Video is commonly used in classroom training, however the setting requires that all participants watch the material from start to finish at the same time. With e-learning comes the flexibility to create chaptered videos which can be paused and rewatched at will, allowing learners to digest information at their own pace.
The same benefits apply to material delivered via audio books or podcasting. Creating “bite size” elearning video or audio resources to be consumed as required on a mobile device is an effective way to support “Just In Time” learning as discussed above.
Interactive media in the form of online games or quizzes is also an option within an e-learning setting. “Gamification” of learning is an increasingly widely applied concept, where participants receive virtual badges or other tokens for the successful completion of specific learning goals.
Using hyperlinks to materials on the wider web makes it simple for course designers to direct learners to supporting materials and resources without having to adapt and include these in the course itself. This opens up course design, encourages learners to move beyond the basic requirements and provides a much broader and richer learning experience.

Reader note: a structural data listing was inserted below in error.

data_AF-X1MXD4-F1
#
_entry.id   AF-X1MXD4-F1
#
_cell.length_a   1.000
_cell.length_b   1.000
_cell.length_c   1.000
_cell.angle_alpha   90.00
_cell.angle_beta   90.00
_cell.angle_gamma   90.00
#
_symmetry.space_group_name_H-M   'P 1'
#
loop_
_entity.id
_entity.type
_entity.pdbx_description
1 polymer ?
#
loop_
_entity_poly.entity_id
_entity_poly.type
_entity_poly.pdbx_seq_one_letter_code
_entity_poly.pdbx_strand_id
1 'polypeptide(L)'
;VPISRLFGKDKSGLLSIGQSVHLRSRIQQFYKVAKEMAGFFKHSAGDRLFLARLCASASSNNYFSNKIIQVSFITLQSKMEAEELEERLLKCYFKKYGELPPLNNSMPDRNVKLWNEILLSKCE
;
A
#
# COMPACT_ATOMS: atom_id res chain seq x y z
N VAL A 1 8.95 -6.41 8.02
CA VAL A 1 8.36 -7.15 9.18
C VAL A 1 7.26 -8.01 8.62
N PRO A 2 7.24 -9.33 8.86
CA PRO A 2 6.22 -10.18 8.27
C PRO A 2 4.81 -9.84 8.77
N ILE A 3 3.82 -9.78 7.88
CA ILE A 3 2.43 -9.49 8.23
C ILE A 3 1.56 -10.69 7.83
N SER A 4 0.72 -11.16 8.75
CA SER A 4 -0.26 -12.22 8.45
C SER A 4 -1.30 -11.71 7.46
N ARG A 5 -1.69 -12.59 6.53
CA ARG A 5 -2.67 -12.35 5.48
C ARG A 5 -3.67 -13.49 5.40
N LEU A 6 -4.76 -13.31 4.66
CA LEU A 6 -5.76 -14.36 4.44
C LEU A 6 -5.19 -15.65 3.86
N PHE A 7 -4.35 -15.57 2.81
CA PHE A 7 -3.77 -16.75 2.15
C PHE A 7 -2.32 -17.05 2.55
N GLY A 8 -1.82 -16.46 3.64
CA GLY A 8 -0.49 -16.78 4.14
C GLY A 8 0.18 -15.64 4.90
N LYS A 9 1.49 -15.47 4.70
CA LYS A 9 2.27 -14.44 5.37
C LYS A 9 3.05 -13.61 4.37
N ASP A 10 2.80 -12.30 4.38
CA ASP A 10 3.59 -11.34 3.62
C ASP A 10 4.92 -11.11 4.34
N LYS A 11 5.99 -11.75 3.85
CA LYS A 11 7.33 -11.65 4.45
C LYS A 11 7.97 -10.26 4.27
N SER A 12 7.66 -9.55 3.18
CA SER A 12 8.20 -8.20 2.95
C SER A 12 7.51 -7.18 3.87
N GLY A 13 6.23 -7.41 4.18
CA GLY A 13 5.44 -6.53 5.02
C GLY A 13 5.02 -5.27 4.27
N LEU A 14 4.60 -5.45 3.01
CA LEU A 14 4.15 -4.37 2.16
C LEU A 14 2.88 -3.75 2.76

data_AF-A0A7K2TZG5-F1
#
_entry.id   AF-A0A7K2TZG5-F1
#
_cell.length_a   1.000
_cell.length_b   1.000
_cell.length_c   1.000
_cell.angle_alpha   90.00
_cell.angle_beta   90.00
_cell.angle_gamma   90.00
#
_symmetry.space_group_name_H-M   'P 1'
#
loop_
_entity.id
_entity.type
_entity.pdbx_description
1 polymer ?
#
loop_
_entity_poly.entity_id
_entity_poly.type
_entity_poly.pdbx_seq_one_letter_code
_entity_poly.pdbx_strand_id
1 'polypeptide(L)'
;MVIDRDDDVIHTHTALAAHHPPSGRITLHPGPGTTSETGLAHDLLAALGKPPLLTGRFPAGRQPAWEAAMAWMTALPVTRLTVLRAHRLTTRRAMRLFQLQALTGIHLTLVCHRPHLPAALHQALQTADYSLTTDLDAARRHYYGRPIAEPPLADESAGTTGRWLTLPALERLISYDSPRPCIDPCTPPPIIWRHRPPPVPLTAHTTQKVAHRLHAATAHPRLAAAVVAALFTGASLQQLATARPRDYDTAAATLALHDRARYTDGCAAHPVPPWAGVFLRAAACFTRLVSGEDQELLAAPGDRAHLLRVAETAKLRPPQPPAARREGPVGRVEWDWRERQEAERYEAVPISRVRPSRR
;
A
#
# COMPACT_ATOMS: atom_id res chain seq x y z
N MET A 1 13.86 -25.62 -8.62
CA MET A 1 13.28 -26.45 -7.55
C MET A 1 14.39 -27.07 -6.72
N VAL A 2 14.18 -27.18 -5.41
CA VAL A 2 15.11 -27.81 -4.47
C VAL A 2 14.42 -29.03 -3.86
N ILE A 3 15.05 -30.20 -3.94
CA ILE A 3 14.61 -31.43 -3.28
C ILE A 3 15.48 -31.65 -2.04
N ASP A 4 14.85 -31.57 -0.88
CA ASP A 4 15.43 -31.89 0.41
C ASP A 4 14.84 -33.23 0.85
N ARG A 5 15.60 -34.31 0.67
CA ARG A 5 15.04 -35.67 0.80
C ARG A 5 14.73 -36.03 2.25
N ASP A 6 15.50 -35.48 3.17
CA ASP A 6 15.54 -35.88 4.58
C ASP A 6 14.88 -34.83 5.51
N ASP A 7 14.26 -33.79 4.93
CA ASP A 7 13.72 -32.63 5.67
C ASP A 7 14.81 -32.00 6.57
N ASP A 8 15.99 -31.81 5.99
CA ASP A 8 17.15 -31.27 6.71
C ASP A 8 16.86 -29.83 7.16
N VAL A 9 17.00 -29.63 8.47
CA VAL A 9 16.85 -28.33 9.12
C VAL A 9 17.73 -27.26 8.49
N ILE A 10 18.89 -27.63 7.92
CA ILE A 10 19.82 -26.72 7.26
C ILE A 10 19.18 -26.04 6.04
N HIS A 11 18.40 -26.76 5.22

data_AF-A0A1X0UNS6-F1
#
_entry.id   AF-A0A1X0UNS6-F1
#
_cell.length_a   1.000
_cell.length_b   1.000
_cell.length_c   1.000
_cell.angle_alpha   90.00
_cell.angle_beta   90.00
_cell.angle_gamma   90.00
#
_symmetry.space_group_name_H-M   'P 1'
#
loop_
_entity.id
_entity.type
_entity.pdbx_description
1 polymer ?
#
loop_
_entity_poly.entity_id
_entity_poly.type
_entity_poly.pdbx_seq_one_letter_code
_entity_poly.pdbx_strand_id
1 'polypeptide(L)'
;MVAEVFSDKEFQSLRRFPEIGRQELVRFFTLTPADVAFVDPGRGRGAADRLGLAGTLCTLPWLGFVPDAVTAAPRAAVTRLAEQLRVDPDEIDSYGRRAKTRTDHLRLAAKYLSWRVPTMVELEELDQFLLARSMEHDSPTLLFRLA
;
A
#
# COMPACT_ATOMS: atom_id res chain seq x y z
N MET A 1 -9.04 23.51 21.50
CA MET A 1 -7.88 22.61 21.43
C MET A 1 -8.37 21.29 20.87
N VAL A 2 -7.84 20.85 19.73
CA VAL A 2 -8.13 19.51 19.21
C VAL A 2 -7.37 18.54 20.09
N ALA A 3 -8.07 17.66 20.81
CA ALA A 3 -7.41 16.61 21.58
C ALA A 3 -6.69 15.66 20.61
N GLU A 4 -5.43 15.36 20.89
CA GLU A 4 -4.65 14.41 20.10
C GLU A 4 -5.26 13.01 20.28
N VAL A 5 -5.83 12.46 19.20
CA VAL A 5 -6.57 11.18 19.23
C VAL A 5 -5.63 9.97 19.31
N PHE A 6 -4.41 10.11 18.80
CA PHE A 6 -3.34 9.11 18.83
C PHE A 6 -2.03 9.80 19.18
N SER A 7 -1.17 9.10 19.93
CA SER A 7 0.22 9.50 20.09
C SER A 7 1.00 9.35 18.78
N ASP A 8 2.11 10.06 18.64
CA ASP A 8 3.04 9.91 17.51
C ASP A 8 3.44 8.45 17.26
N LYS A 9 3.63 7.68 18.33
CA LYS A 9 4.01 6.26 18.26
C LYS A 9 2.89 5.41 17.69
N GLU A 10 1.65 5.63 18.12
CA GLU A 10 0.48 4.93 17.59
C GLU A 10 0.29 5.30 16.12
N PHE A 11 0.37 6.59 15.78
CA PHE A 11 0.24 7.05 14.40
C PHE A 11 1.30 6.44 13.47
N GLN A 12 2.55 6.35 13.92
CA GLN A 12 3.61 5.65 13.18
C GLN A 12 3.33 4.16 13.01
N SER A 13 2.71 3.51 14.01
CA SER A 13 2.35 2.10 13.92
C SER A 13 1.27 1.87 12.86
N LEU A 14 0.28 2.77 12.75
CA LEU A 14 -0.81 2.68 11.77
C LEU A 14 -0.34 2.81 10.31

Communication and collaborative learning
While it may seem that the e-learning approach lacks the “personal touch” of a tutor, there are a number of ways in which it is actually easier for a course leader to keep an eye on individual learners’ progress and respond appropriately. The nature of classroom based training means that it can be difficult for a tutor to pay direct attention to individual learners for more than a few minutes, and often the opportunity for follow-up contact is limited.
In contrast, the course leader of an e-learning course can access specific reports on where learners are having difficulty, for example by reviewing test or quiz scores, and communicate individually with these individuals via online messaging or email. Additionally, forums and FAQ posts provide a useful one-to-many communication channel for tutors to answer common questions as they arise, and the knowledge gathered here can inform adjustments to future iterations of the course.
The multiple channels of communication available also allow learners to engage with one another during and after the course, whether to collaborate on group assignments, enable peer review of completed work or simply offer support and guidance to others within the group, lessening the burden on the course leader.
Tracking and reporting